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Wednesday, 31 October 1956

Mr WENTWORTH (Mackellar) (1:45 AM) . - I share the regret of the honorable member for Blaxland (Mr. E. James. Harrison) that this bill has come before the House at such a late hour when honorable members are not really able to pay sufficient attention to the important principles involved in it, which, I believe, warrant the careful attention of the House, t shall be very brief. I want first to mention the short length of railway which is being closed and the new line that will replace it. This change will increase the importance of Marree, and the Government should be thinking, in terras of developing an important transfer point at that centre, which will be the junction of the 3-ft. 6-in. line and. the new 4-ft. 8£-in. line. In addition, it will be the point at which road traffic down the Birdsville track from the. Queensland Channel country will reach the nearest point in the Australian railways system. This will tend to make Marree the terminal point for a most important road traffic, and therefore the Commonwealth Railways should be thinking in terms of developing a large and highly efficient transfer point at Marree.

The second point 1 should like to mention is that the new railway cannot become fully efficient until it is linked with the main standard-gauge system. The new length of line is itself of standard gauge, but it will not be possible to travel to Adelaide without a break of gauge unless the line from Port Pirie to Adelaide is converted to standard gauge. The break of gauge presents a problem in terms of the movement of cattle to the Adelaide market from the interior. There is also a considerable trade across the border into New South Wales which at present entails a large number of transfers, all of which hinder the proper flow of traffic. This could be overcome; if the line from. Broken Hill to Port Pirie were converted: to standard gauge. This trade between South Australia and New South Wales is becoming increasingly important with the development of big mineral deposits in centralAustralia and the Northern Territory, particularly at Tennant Creek. The minerals obtained in these areas earn much foreign exchange and provide a great deal of revenue, and it is to be hoped that the Commonwealth will think in terms of reducing production costs and providing trie most efficient transport system possible by eliminating the transfers necessitated by the. break of gauge.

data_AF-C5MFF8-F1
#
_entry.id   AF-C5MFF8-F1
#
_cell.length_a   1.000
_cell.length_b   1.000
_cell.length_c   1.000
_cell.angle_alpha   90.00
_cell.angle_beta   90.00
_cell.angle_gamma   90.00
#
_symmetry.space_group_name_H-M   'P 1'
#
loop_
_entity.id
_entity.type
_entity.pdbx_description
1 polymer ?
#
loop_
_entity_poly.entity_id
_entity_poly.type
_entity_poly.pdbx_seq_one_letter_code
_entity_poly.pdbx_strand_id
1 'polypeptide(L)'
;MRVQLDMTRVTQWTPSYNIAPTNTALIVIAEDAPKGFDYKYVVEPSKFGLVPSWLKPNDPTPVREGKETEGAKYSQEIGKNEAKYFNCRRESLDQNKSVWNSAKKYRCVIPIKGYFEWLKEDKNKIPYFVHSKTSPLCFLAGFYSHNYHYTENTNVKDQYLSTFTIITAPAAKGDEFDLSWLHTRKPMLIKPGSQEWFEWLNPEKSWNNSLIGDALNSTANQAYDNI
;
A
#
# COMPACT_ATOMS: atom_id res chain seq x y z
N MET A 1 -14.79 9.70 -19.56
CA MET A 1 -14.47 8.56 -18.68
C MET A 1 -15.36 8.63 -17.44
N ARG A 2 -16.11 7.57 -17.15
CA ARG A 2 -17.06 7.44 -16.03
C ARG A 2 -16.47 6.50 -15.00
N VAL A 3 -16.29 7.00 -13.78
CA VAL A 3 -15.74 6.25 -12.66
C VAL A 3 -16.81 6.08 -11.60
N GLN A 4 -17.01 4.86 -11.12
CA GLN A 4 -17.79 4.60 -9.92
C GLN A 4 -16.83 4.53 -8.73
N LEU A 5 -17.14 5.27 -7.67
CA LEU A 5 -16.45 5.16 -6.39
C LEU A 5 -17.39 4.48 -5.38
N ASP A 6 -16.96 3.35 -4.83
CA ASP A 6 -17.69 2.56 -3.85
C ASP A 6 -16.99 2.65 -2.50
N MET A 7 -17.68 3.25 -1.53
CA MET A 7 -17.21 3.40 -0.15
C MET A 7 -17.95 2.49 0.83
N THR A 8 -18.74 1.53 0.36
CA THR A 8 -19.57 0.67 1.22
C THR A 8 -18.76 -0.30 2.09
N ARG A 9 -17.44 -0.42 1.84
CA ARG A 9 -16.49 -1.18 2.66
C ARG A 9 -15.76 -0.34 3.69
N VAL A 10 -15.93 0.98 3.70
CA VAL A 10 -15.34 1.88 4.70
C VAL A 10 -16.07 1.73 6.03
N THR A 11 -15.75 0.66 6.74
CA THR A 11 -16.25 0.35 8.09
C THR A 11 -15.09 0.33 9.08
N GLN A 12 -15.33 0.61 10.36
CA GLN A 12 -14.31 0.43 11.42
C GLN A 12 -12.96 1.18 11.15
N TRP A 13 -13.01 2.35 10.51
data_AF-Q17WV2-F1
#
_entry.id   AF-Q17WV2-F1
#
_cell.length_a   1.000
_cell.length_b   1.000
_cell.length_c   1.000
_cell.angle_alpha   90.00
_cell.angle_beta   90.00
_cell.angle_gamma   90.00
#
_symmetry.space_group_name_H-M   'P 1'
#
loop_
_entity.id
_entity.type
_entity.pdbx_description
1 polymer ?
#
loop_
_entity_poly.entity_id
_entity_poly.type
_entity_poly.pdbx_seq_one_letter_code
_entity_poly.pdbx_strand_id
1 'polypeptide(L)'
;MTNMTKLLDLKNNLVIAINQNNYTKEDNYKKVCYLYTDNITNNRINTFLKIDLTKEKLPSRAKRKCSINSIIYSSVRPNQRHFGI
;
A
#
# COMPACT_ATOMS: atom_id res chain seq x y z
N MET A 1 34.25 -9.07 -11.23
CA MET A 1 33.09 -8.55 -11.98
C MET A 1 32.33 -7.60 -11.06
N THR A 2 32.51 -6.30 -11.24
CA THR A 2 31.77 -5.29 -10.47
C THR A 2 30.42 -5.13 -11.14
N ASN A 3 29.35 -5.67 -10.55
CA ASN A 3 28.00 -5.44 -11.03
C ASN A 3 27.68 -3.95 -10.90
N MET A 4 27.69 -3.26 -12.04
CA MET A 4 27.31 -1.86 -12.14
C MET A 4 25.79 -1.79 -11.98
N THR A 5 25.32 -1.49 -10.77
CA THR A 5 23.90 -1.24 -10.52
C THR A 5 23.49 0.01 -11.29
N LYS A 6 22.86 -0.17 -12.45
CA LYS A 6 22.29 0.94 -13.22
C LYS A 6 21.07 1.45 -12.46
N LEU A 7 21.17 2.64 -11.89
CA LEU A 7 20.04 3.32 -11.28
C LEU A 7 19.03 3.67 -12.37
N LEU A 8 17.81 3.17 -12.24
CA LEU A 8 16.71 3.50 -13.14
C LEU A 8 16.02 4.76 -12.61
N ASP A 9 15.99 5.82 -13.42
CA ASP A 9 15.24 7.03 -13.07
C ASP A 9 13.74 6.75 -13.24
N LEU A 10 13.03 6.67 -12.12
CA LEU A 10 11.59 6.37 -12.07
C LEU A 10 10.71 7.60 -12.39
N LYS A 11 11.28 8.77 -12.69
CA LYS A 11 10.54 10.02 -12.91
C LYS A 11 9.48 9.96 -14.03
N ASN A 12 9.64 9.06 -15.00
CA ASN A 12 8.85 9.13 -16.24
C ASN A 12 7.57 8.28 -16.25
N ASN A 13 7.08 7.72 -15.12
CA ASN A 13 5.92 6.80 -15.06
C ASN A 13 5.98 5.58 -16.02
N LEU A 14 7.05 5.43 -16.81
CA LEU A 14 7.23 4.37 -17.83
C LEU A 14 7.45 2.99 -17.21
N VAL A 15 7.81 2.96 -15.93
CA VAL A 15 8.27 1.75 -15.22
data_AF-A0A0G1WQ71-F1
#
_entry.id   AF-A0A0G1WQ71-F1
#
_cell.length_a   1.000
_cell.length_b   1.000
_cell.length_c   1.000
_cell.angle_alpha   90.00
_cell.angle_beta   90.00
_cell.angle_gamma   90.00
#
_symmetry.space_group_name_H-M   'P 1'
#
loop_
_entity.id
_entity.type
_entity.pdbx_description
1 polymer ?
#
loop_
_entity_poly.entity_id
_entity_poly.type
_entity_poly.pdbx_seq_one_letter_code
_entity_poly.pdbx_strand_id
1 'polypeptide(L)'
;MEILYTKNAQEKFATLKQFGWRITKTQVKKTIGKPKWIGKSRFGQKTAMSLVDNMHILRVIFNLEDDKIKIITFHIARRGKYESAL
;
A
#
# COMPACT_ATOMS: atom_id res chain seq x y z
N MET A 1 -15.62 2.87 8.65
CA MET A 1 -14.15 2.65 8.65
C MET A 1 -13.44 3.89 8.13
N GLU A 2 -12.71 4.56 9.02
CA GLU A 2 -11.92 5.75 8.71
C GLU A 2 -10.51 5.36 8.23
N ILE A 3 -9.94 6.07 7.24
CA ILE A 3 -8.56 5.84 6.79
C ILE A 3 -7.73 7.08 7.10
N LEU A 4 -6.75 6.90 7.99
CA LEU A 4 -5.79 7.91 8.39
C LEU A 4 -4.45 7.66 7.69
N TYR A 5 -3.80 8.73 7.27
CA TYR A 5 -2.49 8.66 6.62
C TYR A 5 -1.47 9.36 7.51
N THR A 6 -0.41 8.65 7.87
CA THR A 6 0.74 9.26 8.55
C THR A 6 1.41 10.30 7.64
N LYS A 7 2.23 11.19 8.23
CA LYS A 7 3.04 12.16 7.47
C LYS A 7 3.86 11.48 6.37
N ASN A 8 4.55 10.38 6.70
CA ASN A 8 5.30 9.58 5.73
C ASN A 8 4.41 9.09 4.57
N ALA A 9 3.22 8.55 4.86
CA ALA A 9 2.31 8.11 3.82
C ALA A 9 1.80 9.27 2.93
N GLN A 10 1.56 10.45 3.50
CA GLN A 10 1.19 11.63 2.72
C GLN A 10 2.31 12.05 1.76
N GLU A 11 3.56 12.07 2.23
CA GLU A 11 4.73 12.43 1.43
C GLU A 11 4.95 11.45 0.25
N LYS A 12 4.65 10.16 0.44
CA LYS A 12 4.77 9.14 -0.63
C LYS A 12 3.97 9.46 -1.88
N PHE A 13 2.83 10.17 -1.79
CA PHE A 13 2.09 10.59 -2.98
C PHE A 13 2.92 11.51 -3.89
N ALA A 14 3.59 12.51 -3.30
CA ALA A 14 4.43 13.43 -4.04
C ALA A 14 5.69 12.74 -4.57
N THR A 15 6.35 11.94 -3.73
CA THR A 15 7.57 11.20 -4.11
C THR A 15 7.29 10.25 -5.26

These are important matters, although, they are perhaps of less importance than the other matters mentioned by the honorable member for Blaxland, in respect of most of which I find myself substantially in agreement with him. Diesel-electric locomotives will pay for themselves, and it would be prudent for the Government to make available to the States in some form the capital funds needed to. purchase them. This capital expenditure would be selfbalancing over a very short period. After only a year or two in service the dieselelectric locomotives would pay for themselves. The House will- remember that some time ago I suggested that, we should have a revolving fund for the purchase of dieselelectric locomotives into which the profits from the operation of locomotives of this type could be paid so that more of them could be purchased. In this way, as the honorable member for Blaxland has rightly said, the whole of our railways system could be converted to diesel-electric traction.

The last point I should like to make is that it is well worth while to construct new lines to high standards. It would not be possible to take trains of 5,500 tons gross weight over the new line between Stirling North and Brachina, as the Commonwealth Railways Commissioner proposes to do, if the line had not been constructed to veryhigh standards. I do not believe that the day of the railway is done, lt may be that for the short haul and the small haul it is done, and I think that is why the railway mentioned in this bill is to be closed, and quite rightly. But for long and heavy hauls railways can perform a valuable function which cannot be performed nearly as efficiently by road transport. We must rationalize our transport system, perhaps by closing railways, as on this occasion, where they carry purely local traffic, and we should at the same time develop our main trunk lines to high standards in order to give the people proper transport services.

Question resolved in the affirmative.

Bill read a second time.

In committee:

The bill.

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